The second case I will make is a particularly serious one, in my opinion. The four time heavyweight champion and former Cruiserweight champion Evander Holyfield has always been known for his tremendous heart, as well as great boxing skills. Having fought every top fighter in and around his division since his professional debut in 1984. Evander, now finds himself 40 years old, with boxing skills that are rapidly diminishing, a speech that sadly seems to get slower with every interview given by Holyfield, not to mention a sting of unimpressive fights dating back to the last millennium which are beginning to overshadow the great accomplishments made by Holyfield. Yet Evander Holyfield still fights and dreams of one day becoming "Undisputed Heavyweight Champion of the World." On October 4, 2003 Evander stepped into the ring with what seemed on paper to be an easy win for Holyfield, fighting a "Blown-Up Cruiserweight" in James Toney. Finally Evander Holyfield is the bigger fighter ( albeit not by much ) James Toney came into this fight with one game plan, to stand in front of Evander Holyfield and attempt to knock him out. The two fighters traded blows through out the night, by the 9th Round Evander Holyfield seemed to be in another dimension, he didn't seem to be in the fight, and to most it became brutally apparent that the fight should be stopped, Evander was hurt, and hurt badly. Now myself being a boxing fan I always enjoy a good fight / knockout, But for the last round or so, I found myself on the verge of tears, begging, and pleading, and even screaming, at the television to stop the fight, Evander was being brutally beaten, I was afraid for Evander Holyfield's life. After the fight Holyfield seemed vacant, his mind did not seem to survive the fight (I shouldn't be joking about it, it is a very serious matter.). The very next day while I sat at my desk at work reading articles on various boxing sites, I came across a new article, about how Evander Holyfield plans to continue fighting. There is no doubt in my mind that Evander Holyfield is beginning to show signs of brain-damage, and I can't see how any boxing commission / Athletic Commission / Sanctioning Body can let Evander Holyfield continue to punish himself, when will they realize he shouldn't be fighting anymore? When he is in a coma? This to me is a severe case of a fighter having too much heart for his own good; here is a case that could end in a fighter being killed by his heart, and passion for the sport of boxing. I hope that Evander Holyfield decides that it is time to hang up the gloves, for the sake of his children and family.

My final case is a completely different perspective on the subject. The day was April 1st, 2000 with the WBO Heavyweight Title on the line, then champion Vitali Klitschko takes on challenger Chris Byrd. Vitali Klitshko completely dominates Chris Byrd for 9 rounds winning the fights on all judges score cards 88-83 (X2) and 89-82 all three in favor of Vitali Klitschko. But after 9 full rounds Vitali Klitschko retires on his stool, having suffered a torn-rotator cuff at some point earlier in the fight, Vitali decided to take a loss, and lose his WBO Belt, rather than lose full mobility of his arm, and his career. Vitali's decision to retire in that fight sparked criticism and hatred amongst "fans" Vitali, and his brother Wladimir were immediately dubbed the Quitschko Brothers, and statements regarding Vitali having no heart begin emerging and would stay with him through his rise to #1 contender to the WBC Title held by Lennox Lewis. Being the #1 contender for over a year, with no attempt by Lennox Lewis made to fight rightful challenger Vitali Klitschko, Vitali sees his only chance at fighting Lennox Lewis for the title is by court jurisdiction. Vitali begins to file a suit to force Lennox Lewis into taking his mandatory defense. Lewis on the other hand doesn't seem to be phased by the lawsuit, he then signs on to fight Kirk Johnson (a mediocre boxer with limited skills and even more limited power) Lennox Lewis then offers Vitali Klitschko a fight on the undercard of the Lewis v. Johnson bout, with the promise of a Lewis v. Klitschko fight next provided that both Lewis and Klitschko win the respective fights. Vitali opts to take a fight against then unbeaten prospect Cedric "The Bos" Boswell. Then the unexpected happened, just two short weeks before the fight Kirk Johnson is forced to withdraw from the fight, citing a torn pectoral muscle as the reason. This leaves Lennox Lewis with two options, neither of them very attractive. The first is to cancel the fight, and remain inactive having already been inactive a year. Or find a new opponent and face him blindly, without the benefit of viewing fight tapes, sparring with similar fighters, basically the fight would be two guys who know nothing about each other, being forced to learn and adapt as the fight goes on. A formal announcement regarding the status of the fight card that night was held in just around a week away from the actual fight date. Lennox Lewis announces that his official challenger is none other than #1 contender Vitali Klitschko. This being a less than ideal situation for Vitali Klitschko, who now has a little less than one week until the fight promises to prove that both he and his brother Wladimir are truly skilled boxers. There were many reports that Lennox Lewis did in fact know he was going to be facing Vitali Klitschko, so for Lewis his training started a week before the official announcement was made to the public, and Vitali, thus giving Lewis a miniscule advantage in having an extra week of training, which while seeming like nothing, actually has a world of difference when it comes to fighting with only one week to train. Regardless of training, Vitali jumped at the chance to prove his much doubted skills versus the Heavyweight Champion Lennox Lewis, and he did just that he made Lennox Lewis earn his pay the hard way. Klitschko staggered Lennox as early as round two, then a cut breaks out on Vitali's eye (the source of the cut is a much debated topic).With this being Vitali's first cut, there were questions as to how he would handle it. Vitali never even acknowledged a cut existed, as he continued his quest for the Heavyweight Title, and respect. As the fight went on Vitali's cut spread further and further apart, with Lennox rubbing his abrasive braids against the cut, in successful attempt to further damage the cut. After each round the cut was closed up and the bleeding was stopped thanks to the best cutman in the business Joe Souza. Vitali continued on his gameplan and gets Lewis in trouble a few more times, although also getting into a bit of trouble himself. At the end of round six the referee stops the fight due to Vitali's cuts. At the time of the stoppage Vitali was leading on all scorecards 58-56. Had the referee deemed the cut to have been started by an accidental headbutt, that fight would have gone to the scorecards, in which Vitali would have won. As Vitali hears that he has lost the fight, he angrily jumps off his stool and begins screaming, he can't understand why they stopped the fight, but when Lennox Lewis is announced as winner, an unexpected thing happened. The crown begins booing Lennox Lewis, and cheering Vitali Klitschko. Vitali had proven himself, to be a talented, strong fighter, and he also proved to have more heart than he was given credit for. In this case we have a fighter who never lacked "heart" he simply knew that a win against Chris Byrd, and retaining the WBO Title, were not worth risking having to retire early. But when faced with a fight versus Lennox Lewis for the WBC Title, a career defining fight, Vitali realized everything that this fight meant, and rose to the occasion and even though he did not win the fight, Vitali won over a whole new fan base, boxing fans in the United States, and also sent a Heavyweight Champion running, hiding, and considering retirement, with so many questions remaining for Lennox Lewis regarding his physical condition, his ability to get into top shape in a 2 1/2 month training camp. But even with all of these things there is one thing that is for certain should Lewis decide to continue boxing, and grant Klitschko a rematch, this would be the biggest PayPerView event we have seen in a long time. The outcome would be virtually impossible to predict. Considering both fighters now knows each other's basic style, and this time around they would both have a full training camp.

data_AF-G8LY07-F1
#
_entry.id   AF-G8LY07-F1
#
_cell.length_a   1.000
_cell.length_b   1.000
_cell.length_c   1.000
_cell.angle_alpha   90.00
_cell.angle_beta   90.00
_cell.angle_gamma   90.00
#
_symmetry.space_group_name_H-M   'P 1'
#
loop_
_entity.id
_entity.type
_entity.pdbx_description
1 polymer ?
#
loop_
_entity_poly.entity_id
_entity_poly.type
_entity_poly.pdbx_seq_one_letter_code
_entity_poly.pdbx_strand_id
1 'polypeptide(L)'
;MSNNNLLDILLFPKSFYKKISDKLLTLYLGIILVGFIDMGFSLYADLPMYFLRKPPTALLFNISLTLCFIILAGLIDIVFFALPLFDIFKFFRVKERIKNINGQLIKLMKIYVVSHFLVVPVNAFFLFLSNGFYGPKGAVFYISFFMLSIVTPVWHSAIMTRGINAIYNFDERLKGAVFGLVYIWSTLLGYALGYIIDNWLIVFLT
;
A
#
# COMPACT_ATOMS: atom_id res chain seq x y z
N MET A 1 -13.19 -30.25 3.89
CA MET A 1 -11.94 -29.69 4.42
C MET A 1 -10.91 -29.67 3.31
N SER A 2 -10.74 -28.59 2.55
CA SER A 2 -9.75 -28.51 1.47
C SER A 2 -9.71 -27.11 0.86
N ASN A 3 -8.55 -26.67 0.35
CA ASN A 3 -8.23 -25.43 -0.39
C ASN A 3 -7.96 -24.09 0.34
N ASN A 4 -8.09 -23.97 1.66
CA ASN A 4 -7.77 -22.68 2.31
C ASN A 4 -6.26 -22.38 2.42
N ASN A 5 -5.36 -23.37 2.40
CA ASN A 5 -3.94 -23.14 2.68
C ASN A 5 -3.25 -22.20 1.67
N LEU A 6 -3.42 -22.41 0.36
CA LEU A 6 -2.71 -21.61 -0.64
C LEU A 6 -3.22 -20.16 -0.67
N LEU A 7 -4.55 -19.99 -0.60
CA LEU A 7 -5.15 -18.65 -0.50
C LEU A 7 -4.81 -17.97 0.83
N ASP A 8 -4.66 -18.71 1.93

In conclusion, I believe that there is a delicate balance between the heart and soul of a fighter and the analytical, intelligence / skill level that a fighter needs to succeed. A fighter needs heart / soul to persevere, compel, and to supply the sheer determination, but these alone will only take the fighter so far. The fighter will also need to rely on his ability to analyze opponent's style, and punch placements, and intelligently work up a game plan, on the spot and follow the plan throughout the fight, while maintaining a plan to assure safety. Hopefully soon we will find quick means of testing damage to one's brain, body, and cognitive skills and based on these skills fighters will either be sanctioned or not. Thus ensuring safety for fighters at risk.
Thank you for reading my novella here.I look forward to any comments Mike "DjNecrogenic" Correa

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Comment Good , well written article, have to agree with you for the majority of it.Especially about Holyfield. Dunno about LL's 'abrasive braids' though. Its his hair, not a brand of damn pan scourer.

Tue Oct 28, 2003 9:26 am MST by MR Black, innit